US President Joe Biden has held talks with Israel's intelligence chief Yossi Cohen, discussing Iran, Axios reports, citing an anonymous source.
The Friday meeting was not planned in advance and was organized on short notice, while Cohen was in Washington DC, the source said, adding that Israeli Prime Minister Benjamin Netanyahu briefed Cohen ahead of the talks. The source told Axios that Netanyahu got an update from Cohen after the meeting with Biden.
On Friday, US media reported that US Secretary of State Antony Blinken and several senior Biden administration national security aides met with Cohen in Washington.
The news comes after Iran announced on Saturday that the parties to the JCPOA had agreed during talks in Vienna to remove multiple people and entities from lists of sanctions against Tehran. However, the talks still continue.
#Iran DFM: There's agreement on lifting thematic/sectoral sanctions i.e. energy, finance, banking, ports, etc... Besides there's a long list of individuals & entities under sanctions. Majority of them have been agreed to be removed from the list. Talks on remaining cases continue pic.twitter.com/mhXo4i2GMM— Abas Aslani (@AbasAslani) May 1, 2021
Axios reported last week that Netanyahu had instructed the Israeli delegation to oppose the restoration of the JCPOA prior to their traveling to DC.
Israel has intensively lobbied against the possible revival of the Iran deal, voicing fears that Tehran is allegedly working to develop nukes. Iran has said that its nuclear advancements are designed to serve peaceful purposes, at the same time, pointing to widespread reports of Tel-Aviv acquiring nuclear weapons long ago.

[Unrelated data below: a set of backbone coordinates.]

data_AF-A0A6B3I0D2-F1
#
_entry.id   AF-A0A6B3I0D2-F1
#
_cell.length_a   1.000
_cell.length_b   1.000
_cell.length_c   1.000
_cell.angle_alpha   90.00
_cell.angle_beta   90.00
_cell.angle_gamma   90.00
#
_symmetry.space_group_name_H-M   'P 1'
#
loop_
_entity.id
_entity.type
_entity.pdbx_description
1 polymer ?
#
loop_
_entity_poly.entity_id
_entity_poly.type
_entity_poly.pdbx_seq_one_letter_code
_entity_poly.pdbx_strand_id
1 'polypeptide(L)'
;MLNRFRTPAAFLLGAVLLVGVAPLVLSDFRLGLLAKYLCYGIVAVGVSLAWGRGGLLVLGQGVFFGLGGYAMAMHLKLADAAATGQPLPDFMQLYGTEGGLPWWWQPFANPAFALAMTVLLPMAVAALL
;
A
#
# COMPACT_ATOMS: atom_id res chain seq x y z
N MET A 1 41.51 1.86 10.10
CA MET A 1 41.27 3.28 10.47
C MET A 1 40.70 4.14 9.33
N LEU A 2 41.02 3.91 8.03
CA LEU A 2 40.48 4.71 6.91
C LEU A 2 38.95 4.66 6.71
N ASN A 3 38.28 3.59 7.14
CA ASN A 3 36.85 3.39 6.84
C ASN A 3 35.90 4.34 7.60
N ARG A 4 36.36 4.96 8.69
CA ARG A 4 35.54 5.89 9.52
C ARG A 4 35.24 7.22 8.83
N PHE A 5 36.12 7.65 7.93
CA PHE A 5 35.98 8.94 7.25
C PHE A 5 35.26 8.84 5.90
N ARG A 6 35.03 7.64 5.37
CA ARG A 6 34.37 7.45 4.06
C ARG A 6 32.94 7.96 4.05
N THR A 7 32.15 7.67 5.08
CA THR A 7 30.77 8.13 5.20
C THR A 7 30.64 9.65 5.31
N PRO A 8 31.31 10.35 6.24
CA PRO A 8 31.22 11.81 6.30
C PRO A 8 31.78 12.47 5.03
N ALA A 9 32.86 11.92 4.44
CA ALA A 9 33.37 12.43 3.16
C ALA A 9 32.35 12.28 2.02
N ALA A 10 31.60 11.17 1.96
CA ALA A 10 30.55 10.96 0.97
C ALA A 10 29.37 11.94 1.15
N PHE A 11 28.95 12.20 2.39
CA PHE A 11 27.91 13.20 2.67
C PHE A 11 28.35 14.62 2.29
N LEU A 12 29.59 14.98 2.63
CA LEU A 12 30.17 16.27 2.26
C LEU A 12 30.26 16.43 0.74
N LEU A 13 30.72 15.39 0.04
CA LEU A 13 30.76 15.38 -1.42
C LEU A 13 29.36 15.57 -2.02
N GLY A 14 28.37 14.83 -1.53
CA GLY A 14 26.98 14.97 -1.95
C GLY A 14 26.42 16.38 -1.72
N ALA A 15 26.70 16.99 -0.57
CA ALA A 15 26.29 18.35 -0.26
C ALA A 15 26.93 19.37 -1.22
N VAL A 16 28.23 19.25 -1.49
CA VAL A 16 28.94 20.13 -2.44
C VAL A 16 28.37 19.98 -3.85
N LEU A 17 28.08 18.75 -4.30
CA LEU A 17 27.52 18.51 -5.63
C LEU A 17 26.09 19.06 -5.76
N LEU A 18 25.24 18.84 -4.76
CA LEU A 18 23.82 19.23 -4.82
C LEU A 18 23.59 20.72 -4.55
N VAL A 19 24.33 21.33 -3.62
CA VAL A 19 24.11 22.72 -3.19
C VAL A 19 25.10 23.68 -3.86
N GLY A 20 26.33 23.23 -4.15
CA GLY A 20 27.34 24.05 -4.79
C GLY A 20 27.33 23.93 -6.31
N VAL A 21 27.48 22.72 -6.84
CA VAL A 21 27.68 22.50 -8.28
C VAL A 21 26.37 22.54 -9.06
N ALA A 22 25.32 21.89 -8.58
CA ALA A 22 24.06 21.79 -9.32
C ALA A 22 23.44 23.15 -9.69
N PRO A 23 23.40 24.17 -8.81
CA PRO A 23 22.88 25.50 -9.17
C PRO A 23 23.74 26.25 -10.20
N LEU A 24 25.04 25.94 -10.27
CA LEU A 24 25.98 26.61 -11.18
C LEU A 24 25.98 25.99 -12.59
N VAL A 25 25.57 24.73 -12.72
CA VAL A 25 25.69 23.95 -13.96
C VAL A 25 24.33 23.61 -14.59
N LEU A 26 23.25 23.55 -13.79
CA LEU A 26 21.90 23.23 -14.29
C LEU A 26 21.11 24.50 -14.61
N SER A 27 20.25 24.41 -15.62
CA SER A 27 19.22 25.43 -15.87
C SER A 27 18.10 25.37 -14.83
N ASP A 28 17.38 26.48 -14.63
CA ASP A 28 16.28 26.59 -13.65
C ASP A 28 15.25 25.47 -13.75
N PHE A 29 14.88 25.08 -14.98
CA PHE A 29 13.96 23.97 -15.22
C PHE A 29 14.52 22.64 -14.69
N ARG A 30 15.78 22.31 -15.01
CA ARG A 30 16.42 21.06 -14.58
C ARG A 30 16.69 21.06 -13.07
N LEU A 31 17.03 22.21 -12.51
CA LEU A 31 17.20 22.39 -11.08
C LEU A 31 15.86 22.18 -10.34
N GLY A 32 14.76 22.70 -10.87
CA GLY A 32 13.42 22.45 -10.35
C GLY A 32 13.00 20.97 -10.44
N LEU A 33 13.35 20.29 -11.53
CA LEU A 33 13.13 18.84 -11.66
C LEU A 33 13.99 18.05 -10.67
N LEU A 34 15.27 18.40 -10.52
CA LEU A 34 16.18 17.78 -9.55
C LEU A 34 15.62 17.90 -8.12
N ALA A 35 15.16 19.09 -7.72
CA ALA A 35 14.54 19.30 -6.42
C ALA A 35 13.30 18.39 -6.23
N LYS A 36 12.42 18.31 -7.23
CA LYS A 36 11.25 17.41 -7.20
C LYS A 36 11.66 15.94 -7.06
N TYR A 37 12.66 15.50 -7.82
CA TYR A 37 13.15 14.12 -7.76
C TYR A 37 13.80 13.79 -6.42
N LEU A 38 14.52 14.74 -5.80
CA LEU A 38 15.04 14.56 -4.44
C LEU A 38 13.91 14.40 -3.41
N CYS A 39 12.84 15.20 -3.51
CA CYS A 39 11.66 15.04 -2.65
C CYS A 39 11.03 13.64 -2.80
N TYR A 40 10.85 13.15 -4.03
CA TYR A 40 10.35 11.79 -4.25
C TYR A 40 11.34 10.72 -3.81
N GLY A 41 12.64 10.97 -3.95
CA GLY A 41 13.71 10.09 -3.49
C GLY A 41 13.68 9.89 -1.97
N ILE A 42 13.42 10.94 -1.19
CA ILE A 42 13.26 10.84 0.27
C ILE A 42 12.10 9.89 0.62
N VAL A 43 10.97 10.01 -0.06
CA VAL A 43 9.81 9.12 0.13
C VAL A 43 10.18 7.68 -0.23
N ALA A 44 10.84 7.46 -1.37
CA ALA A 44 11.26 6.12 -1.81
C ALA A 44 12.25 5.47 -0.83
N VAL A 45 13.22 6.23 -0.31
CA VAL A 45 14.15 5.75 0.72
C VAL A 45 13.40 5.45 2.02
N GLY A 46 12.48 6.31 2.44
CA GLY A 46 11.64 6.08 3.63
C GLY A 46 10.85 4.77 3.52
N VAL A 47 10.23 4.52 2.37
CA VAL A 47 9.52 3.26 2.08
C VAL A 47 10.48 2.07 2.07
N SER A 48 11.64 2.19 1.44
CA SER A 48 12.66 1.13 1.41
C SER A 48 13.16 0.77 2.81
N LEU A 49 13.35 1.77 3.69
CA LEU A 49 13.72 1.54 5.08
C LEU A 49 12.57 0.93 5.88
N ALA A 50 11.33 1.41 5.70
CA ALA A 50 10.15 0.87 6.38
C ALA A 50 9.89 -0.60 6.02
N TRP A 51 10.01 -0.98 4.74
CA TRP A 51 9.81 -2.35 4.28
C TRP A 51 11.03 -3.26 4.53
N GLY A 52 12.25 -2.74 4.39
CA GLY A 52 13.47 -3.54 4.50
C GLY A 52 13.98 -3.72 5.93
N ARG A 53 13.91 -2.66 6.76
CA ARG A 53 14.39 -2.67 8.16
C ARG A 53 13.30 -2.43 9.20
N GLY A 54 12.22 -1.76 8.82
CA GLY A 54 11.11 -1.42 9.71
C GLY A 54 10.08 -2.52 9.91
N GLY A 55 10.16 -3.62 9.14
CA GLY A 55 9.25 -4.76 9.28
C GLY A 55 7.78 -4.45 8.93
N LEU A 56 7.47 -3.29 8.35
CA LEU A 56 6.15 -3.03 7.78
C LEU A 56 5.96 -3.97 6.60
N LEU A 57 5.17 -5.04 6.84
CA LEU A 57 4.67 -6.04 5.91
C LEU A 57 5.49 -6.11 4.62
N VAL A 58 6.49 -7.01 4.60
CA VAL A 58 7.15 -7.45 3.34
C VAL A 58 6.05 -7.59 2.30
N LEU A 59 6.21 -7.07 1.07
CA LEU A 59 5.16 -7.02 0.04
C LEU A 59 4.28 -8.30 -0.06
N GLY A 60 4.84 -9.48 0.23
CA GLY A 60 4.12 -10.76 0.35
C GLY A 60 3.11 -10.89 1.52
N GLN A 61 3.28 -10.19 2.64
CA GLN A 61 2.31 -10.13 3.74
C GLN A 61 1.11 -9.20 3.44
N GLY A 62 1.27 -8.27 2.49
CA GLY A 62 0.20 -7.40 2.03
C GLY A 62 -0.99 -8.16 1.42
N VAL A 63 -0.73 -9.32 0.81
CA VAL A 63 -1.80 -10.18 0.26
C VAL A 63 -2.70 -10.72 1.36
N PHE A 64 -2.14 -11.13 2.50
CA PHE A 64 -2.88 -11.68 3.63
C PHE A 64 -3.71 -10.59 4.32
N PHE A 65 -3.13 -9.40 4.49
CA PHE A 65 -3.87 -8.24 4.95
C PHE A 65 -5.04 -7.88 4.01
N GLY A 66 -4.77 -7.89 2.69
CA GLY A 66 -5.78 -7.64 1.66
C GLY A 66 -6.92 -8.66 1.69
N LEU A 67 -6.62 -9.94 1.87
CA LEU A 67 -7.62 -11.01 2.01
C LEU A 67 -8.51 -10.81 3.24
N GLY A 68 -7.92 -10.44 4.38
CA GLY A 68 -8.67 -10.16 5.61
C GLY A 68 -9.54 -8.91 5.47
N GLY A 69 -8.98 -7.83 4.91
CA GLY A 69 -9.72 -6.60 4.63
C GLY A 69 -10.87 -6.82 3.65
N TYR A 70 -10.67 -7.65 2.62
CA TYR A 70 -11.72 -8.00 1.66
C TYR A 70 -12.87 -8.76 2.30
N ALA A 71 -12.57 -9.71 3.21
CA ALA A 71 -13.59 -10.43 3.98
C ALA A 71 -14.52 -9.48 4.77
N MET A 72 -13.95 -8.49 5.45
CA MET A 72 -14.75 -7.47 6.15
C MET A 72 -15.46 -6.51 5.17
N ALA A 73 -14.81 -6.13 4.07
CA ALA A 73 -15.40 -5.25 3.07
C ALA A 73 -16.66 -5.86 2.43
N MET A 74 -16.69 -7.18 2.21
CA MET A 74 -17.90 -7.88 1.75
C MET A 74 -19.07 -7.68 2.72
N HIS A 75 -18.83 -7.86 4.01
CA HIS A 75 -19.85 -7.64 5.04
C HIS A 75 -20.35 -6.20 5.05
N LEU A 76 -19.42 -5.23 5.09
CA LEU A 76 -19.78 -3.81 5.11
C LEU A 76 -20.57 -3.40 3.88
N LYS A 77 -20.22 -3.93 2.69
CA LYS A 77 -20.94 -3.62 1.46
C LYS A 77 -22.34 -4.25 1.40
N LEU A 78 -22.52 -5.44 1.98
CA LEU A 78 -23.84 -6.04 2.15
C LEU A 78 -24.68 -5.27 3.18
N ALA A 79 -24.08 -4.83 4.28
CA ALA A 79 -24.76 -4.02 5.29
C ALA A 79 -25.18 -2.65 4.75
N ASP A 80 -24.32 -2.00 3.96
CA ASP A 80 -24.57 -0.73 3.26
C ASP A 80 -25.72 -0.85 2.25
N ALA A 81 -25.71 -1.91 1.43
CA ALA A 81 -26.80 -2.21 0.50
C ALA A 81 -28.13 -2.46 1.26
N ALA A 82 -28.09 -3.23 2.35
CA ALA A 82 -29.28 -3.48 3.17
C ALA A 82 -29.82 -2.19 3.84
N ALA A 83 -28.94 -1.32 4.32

Israeli officials had earlier expressed concerns that the Vienna talks may ultimately lead to Washington returning to the deal that former US President Donald Trump ditched in 2017, slapping Iran with harsh sanctions as part of the so-called "maximum pressure" campaign to drain Iran economically.
"The Iranians smell that the Americans want an agreement at any price," The Times of Israel quoted a senior official.
As an alternative, Israel has also pushed for a broader agreement with Iran, while its lobby in the US has called on Washington to consult with Israel and the Gulf states - which are not parties to the original agreement - before engaging in talks with Iran.
Tensions increased further in the region after Iran's uranium enrichment plant in Natanz suffered a blackout incident, which was defined by Iranian officials as an act of terrorism. While Tehran believes that Mossad was behind the incident, Tel-Aviv has not denied its alleged involvement.
In early March, however, Israeli Defense Minister Benny Gantz bragged that the Israeli military had identified "numerous targets" inside Iran, targeting which would potentially undermine Tehran's nuclear program, and even showed a Fox News journalist a classified map of those targets.
In response to Gantz's map of targets, the Iranian Defense Minister vowed to level Tel Aviv and Haifa - the two biggest cities in Israel - if the Jewish State attempts to attack the Islamic Republic.
Netanyahu said earlier this month that "In the Middle East, there is no more serious threat than Iran," and claimed that Israel won't be bound by a possibly revived nuclear deal. After Biden entered the White House as the new US president, the Israeli prime minister issued a video message calling on the news administration to counter together what he called "common challenges, chief among them the threat posed by Iran."
According to various media reports, the Jewish State is estimated to possess an arsenal of about 90 nuclear warheads.